Saturday, June 02, 2001

Downtown boosters launch ads


Goal: Help businesses hurting in riots' wake

By Ken Alltucker
The Cincinnati Enquirer

        Downtown Cincinnati Inc. has launched an ad blitz that aims to revive the fortunes of downtown merchants struggling to attract customers in the wake of April's riots.

        The downtown advocacy group and other business and civic organizations will offer free entertainment and discounts over the next six weeks in an effort to attract suburbanites reluctant to visit downtown and Over-the-Rhine because of the unrest and resulting protests.

        Newspaper ads that began Friday champion downtown “as a place we can all come together.” They feature images of a range of people — black and white, young and old.

        DCI President Rick Greiwe said the television, radio and newspaper ads are not meant to gloss over the racial tension and violence that erupted after a Cincinnati police officer shot an unarmed 19-year-old African-American man in an Over-the-Rhine alley on April 7.

HIGHLIGHTS
   Highlights of DCI's advertising campaign:
    • Week 1: Free admission to Cincinnati Museum Center June 9 and 10.
    • Week 2: Discounted packages for Cincinnati-area residents who want to spend a night at a downtown hotel, or visit the Cincinnati Zoo or Newport Aquarium, along with other discounted entertainment.
    • Week 3: Free admission to Contemporary Arts Center.
    Other planned events include a tour of Findlay Market, discounted dining and free admission at Main Street nightclubs.
   Source: Downtown Cincinnati Inc.
        Rather, the campaign will stress the “inclusiveness” that downtown offers for people of all racial and ethnic backgrounds, Mr. Greiwe said.

        “The campaign is not intended to ignore or minimize the problems the city faces,” said DCI Chairman Clifford Bailey. “This city has to be more progressive than it has been.”

        But Mr. Bailey added that other organizations — including Mayor Charlie Luken's race relations commission — are tackling the economic, social and racial problems that helped trigger the April 10-11 riots. Dozens were injured and more than 800 arrested as rioters smashed windows, attacked motorists and looted stores in some of the city's poorest neighborhoods.

        Downtown restaurants, hotels and retailers that employ many from the city's poorest neighborhoods are facing a sharp drop in business.

        “We must improve downtown, as well as bring a new constituency,” said Mr. Bailey, president of Techsoft Systems. “Our focus is making a viable downtown.”

        DCI did not reveal the advertising and promotional costs, but Mr. Greiwe said most of the media, including The Cincinnati Enquirer, have offered free space and air time to carry the message.

        The print ads and television spots were produced through a collaboration of several media firms.

        DCI board member Pat Bready acknowledged that the timing of the media campaign will be scrutinized. A week ago, African-American ministers led a protest of Taste of Cincinnati to call attention to the city's racial problems. And promoters canceled last month's popular music festival Pepsi Jammin' on Main because of poor ticket sales and threatened protests.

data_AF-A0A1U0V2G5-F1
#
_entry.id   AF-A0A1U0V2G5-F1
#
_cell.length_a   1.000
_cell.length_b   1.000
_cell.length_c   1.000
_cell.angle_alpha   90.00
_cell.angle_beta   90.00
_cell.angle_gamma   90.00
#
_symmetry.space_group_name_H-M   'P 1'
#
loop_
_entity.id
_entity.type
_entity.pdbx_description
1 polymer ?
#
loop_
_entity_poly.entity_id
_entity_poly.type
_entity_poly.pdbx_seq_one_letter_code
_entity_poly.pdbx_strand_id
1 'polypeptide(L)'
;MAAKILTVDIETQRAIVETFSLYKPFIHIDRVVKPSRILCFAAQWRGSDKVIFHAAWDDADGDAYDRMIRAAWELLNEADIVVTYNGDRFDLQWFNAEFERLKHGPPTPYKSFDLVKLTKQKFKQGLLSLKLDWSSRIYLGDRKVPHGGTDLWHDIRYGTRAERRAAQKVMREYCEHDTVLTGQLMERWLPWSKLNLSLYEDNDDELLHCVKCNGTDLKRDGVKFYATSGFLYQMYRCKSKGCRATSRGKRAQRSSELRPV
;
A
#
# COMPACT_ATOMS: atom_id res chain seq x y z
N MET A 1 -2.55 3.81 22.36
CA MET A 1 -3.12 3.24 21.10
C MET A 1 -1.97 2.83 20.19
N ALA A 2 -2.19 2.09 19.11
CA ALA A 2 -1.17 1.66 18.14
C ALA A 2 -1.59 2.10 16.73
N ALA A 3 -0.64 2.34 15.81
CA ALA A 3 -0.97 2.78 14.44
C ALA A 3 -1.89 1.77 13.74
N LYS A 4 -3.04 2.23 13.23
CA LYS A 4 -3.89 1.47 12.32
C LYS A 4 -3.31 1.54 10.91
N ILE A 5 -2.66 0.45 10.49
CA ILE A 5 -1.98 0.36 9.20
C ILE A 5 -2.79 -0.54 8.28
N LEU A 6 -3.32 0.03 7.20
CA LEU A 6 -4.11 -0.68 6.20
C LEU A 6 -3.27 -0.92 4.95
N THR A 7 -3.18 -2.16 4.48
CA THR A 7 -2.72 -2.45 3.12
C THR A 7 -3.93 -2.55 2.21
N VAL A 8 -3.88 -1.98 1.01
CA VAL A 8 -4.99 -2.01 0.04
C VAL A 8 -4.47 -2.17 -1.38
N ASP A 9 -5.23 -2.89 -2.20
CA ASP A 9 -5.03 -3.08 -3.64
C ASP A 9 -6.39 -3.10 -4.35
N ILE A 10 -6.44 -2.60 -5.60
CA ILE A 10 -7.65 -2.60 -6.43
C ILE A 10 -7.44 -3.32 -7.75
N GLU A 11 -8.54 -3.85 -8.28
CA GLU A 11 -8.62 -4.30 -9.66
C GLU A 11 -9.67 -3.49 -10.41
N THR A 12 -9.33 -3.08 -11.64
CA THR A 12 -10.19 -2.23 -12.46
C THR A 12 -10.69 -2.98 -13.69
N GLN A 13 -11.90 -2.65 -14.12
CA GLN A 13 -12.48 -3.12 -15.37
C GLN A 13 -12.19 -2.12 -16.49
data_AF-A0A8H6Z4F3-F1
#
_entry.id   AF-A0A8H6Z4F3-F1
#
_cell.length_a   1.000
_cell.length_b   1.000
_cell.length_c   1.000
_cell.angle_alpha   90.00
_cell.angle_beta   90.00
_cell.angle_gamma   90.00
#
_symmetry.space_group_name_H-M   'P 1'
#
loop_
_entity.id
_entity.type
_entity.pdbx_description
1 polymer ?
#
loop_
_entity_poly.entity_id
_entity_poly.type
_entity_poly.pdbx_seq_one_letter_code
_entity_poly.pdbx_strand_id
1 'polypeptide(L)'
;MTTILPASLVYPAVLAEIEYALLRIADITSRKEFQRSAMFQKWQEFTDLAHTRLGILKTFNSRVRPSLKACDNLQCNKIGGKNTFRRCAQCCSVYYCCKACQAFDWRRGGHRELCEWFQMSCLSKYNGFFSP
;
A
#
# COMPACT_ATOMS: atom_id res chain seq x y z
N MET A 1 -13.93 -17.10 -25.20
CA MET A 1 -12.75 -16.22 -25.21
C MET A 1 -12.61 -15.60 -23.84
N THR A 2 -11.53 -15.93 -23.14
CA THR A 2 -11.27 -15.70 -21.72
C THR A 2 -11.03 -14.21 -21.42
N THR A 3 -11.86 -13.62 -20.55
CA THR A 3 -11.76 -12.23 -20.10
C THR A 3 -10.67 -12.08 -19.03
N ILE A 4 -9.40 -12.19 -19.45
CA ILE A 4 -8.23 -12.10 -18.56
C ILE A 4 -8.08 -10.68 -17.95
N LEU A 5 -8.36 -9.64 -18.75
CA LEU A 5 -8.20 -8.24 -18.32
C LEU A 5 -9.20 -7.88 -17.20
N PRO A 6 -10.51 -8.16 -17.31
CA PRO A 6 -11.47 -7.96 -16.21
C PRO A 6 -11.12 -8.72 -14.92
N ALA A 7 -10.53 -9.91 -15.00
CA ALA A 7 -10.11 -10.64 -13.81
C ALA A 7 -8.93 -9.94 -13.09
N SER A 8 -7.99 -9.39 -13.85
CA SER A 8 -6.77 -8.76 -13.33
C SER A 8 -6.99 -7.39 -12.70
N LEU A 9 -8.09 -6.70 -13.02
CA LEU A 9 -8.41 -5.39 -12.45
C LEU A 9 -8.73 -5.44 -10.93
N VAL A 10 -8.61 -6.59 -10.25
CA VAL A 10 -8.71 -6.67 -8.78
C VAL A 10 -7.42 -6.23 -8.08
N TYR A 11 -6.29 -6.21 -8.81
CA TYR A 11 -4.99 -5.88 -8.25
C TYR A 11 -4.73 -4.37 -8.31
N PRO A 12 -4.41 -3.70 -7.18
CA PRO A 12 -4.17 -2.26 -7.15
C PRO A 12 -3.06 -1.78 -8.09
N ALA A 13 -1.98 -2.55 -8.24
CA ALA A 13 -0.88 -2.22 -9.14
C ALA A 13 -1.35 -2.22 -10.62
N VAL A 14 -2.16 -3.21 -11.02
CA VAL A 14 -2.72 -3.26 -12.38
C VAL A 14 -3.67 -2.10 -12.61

“The timing is never going to be perfectly right for this,” said Ms. Bready, Cincinnati Bell's director of government relations. “But the tension in our city didn't begin just in April.”

        She pointed to last summer's Ujima festival, when many upscale downtown restaurants closed during the predominantly African-American celebration.

        DCI's campaign will encourage white residents to attend this year's Ujima celebration to promote racial harmony, she said.

        Arn Bortz, a former Cincinnati mayor and downtown developer with Towne Properties, said the advertising campaign needs to “strike a balance” between the practical needs of struggling businesses and the concerns of the African-American community.

        “For some of these downtown retailers, it's a minute-to-minute battle for survival,” Mr. Bortz said. “So they would welcome any attempt to bring people through their front doors. ... Some of these folks won't be in business when you get down to fixing all the problems.”

        The newspaper ads will continue over the next six weeks to accompany radio and television spots, which will air starting Monday.

        There will be special promotions each week, starting with an offer of free admission to the Cincinnati Museum Center next weekend. Other attractions, such as Findlay Market, art galleries, Main Street and the Contemporary Arts Center, will be trumpeted as the campaign progresses.

        Coordinated by DCI, the advertising and public relations effort includes contributions from several corporations, business groups and civic organizations.

        “Downtown is changing for the better,” Mr. Bailey said. “It is profiting from its past mistakes.”

       Enquirer reporter Cliff Peale contributed to this report.
       



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